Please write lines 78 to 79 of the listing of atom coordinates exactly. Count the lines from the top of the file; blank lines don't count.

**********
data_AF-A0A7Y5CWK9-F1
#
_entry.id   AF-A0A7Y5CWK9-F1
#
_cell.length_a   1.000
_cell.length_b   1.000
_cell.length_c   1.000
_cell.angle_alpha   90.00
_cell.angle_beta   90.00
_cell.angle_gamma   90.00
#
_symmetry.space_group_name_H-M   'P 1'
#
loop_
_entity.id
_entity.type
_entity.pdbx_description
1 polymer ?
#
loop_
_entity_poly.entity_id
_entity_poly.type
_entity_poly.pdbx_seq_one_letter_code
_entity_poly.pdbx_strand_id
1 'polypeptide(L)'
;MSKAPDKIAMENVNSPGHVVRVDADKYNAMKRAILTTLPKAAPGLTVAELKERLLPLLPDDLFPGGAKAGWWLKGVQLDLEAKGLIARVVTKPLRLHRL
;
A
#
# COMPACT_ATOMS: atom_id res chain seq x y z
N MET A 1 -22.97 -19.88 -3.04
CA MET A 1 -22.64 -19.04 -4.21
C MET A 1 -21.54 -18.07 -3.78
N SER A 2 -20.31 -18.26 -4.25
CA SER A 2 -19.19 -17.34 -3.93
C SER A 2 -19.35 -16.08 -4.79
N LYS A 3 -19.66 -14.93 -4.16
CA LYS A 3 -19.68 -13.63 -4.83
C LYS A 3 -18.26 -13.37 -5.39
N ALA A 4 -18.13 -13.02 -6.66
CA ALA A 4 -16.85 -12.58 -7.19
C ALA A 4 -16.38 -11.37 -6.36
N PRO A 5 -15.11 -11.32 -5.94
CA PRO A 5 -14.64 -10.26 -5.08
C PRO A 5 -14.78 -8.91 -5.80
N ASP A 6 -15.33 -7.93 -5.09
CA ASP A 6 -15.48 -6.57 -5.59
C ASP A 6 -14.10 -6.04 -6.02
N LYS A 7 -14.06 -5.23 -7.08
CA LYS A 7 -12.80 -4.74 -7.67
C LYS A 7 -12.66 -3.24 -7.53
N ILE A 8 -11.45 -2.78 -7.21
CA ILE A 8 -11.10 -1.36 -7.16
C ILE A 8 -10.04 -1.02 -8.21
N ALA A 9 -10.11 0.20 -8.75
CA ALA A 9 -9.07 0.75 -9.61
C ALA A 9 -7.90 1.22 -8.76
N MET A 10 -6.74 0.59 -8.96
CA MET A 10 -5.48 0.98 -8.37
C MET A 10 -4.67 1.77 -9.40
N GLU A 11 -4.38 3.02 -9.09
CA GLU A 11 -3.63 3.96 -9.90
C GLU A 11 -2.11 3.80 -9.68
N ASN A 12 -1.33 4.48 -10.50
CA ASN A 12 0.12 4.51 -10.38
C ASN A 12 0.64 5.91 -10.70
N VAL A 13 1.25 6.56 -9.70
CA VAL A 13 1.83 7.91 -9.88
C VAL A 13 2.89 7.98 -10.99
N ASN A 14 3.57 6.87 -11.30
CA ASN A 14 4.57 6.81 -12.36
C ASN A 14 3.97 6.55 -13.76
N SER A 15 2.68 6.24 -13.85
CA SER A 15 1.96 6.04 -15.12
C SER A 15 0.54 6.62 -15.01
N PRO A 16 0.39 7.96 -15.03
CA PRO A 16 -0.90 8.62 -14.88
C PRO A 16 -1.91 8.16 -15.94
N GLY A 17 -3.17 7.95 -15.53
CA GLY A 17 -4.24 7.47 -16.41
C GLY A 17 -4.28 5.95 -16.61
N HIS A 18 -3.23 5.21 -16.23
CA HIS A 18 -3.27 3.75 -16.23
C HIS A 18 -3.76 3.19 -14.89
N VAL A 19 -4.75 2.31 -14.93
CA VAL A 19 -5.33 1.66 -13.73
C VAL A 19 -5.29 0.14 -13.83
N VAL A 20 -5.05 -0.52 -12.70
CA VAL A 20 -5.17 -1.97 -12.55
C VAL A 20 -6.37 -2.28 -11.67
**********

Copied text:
C PRO A 16 -1.91 8.16 -15.94
N GLY A 17 -3.17 7.95 -15.53